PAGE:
This is now my 7th or 8th session at the Horseshoe, and I can firmly say I like playing here.  I like the Mississippi straddle - regardless whether I take advantage or not.  I like the 1/3 instead of 1/2.  I like the convenience.  Finally, the players are much easier.  I've become familiar with the floor people, and they with me, which is a nicety that I don't believe I was afforded at Live - perhaps too many tables, but I knew some of the dealers and that was where it ended.

As evidenced, there was a problem with a dealer last night - he burned and turned a card prior to action closure and didn't call floor.  As a result of his hesitation, a player folded his cards because he believed the turn card to be the actual turn.  I was not in the hand, but got involved (probably shouldn't have, but dealers need to learn this) - I told him to call floor.  The floor ruled the correct procedure - declared the folder's hand dead - took the turned card out of the deck, burned and turned the would-be river card as the turn card, played out the street and finally shuffled the dead turn into the deck to re-deal the new river.  It was a learning moment for the dealer, but the floor was immediately on it, ruling properly.

Anyway, the night started with a fairly loose passive table, where I rivered 2 pair to a gut shot straight and paid him off - Rebuy!  Note:  This was the first time in all my sessions at the 'Shoe where I've ever had to fish additional money out of my pocket after my first buy in.  I consider myself fortunate that I've run that long and that well where this situation has never occurred, but it did occur for the first time last night, and I took note!  The villain on the particular hand was a drunk who was becoming more cocksure with every sip.  The hand ended quite miserably with him slow rolling me when I made the call on the river.  Whatever - there was a lot of slow rolling and literally slow playing last night.

Anyway, I'm in for a buy in and sitting on around $230 when I'm able to extract revenge against the same player with my AKo all in vs. his A7dd.  The board ran blanks and I double up to get to near starting.

A few hands later, I limp KJo (thought was that drunk was sobering, but started back up again and was becoming more loose / raising more often and I don't want to facing a 3bet with KJ so I'd rather limp / call and somewhat contain the pot prior to the flop) from EP and aggro drunk from before raises his BB to $18.  Calls around and the flop comes KcTc7d.  He bets $30 and it folds 3 spots to me who calls.  My thought is that he's been barreling with blanks and I don't want to discourage him to continue to do so.  I'm not sure, but I may have even hesitated a few moments prior to calling, acting "unsure" what to do next.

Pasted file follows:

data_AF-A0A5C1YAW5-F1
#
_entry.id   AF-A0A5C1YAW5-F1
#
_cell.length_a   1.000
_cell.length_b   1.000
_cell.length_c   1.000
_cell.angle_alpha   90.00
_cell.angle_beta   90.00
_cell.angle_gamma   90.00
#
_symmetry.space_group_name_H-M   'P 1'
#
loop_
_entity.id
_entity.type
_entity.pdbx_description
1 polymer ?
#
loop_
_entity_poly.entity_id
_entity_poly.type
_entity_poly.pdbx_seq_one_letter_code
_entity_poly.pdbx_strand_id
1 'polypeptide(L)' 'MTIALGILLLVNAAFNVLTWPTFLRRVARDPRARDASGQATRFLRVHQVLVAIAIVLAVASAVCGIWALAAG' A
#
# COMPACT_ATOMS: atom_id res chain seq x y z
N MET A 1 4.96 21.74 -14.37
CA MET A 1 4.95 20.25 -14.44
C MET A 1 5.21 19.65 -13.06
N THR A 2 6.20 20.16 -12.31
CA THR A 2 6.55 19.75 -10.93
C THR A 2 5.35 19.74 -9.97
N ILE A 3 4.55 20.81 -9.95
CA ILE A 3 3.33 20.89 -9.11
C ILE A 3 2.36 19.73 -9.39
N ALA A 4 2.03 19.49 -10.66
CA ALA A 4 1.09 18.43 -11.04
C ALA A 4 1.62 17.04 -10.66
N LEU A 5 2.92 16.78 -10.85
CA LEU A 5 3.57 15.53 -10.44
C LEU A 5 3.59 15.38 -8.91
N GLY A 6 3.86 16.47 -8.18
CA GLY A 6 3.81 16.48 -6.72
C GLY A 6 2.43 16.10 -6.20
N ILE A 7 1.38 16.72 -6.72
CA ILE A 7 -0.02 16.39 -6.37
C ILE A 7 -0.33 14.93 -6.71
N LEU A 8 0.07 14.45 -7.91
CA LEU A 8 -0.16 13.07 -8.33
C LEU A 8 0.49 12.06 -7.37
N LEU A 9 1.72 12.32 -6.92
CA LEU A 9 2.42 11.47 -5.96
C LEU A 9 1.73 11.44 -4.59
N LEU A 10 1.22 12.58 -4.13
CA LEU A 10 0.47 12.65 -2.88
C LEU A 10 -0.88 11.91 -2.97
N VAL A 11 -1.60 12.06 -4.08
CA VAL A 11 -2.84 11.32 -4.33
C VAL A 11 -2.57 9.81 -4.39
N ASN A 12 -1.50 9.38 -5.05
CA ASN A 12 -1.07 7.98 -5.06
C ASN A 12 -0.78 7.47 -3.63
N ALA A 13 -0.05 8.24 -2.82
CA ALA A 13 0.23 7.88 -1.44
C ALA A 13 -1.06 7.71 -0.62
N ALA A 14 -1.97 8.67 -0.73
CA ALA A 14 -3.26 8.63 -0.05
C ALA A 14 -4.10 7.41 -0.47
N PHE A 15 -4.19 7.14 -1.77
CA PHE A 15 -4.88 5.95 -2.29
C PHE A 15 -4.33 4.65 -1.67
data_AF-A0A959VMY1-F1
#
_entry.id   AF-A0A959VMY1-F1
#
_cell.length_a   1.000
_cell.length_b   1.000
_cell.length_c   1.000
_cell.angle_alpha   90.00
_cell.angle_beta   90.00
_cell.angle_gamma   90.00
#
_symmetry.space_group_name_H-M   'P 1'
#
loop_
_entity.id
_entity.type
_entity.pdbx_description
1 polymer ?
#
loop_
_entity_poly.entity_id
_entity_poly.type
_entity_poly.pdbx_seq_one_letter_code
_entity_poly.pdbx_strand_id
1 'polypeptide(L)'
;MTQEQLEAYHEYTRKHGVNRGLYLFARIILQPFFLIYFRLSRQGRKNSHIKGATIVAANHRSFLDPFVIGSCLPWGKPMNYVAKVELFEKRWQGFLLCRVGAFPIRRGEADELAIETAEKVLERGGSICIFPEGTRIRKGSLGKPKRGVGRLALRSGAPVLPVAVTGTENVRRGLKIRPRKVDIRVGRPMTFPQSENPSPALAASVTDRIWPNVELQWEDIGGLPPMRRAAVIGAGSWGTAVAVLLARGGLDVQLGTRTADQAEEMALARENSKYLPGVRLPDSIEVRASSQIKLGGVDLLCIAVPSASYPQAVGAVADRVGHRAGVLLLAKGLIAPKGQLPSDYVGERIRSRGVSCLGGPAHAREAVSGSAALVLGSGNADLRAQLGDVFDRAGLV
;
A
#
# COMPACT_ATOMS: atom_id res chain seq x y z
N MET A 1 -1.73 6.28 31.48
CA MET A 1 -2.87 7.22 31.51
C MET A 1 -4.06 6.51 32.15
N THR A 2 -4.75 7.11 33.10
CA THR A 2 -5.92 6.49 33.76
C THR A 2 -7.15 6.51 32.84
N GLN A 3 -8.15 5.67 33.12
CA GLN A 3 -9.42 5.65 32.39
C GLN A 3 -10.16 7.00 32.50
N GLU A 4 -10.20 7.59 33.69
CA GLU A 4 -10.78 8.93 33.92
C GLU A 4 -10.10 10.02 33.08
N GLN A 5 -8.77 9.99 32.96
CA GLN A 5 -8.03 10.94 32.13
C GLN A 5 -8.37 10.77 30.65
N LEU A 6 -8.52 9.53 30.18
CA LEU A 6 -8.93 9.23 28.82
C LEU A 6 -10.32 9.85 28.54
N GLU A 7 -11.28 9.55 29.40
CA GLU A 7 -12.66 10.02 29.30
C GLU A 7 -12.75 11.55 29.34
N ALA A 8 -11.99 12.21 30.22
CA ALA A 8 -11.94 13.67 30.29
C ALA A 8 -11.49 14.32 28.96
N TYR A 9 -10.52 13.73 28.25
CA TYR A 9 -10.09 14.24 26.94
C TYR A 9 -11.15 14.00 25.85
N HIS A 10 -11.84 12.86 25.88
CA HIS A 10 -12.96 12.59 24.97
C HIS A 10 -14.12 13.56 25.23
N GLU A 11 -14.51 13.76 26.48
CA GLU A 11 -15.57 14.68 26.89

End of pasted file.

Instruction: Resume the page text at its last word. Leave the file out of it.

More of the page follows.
Turn is a 2s and he leads for $35 - I again hesitate / call.  River is another non-club blank and he bets out $50.  I just call, feeling that a raise at this point is worthless and he shows 83o for complete air - as I had expected.  I think I played this hand perfectly, FWIW.  Any raise / hint of aggression and he likely folds.  Showing the unsure / cautious approach allows him to continue to bluff.

At this point, I'm up to $700 (up $100 off my original 2 buy ins) late into the night / early morning.  I'm feeling pretty confident that my winning session streak at the 'Shoe will continue in tact.  Note: since I started playing at the 'Shoe, I have yet to experience a losing session.  Alas, all was not well with the poker Gods last night...  I must've pissed someone with influence off, because within an hour, the ugly bitch named variance reared her ugly head:

Hand 1: KJo again, mid position against a MP $7 raise, different drunk on the SB calls along with 2 other players.  This particular drunk is a regular, LOVES to gamboool and is an overall terrible player.  In the time he was at my table, I saw him make numerous errors, relying on hands like a backdoored straight (J2) calling a flop with just the backdoor (no overcard, no nothing) to make his money.  He was getting lucky and he knew it...  Anyway, we see a flop of Kd Qd 7  and the drunk leads for $20 into the $35 pot.  It's called by the original raiser (competent player, and would raise with protective hands) so I pop it to $60.  Drunk calls and original raiser folds.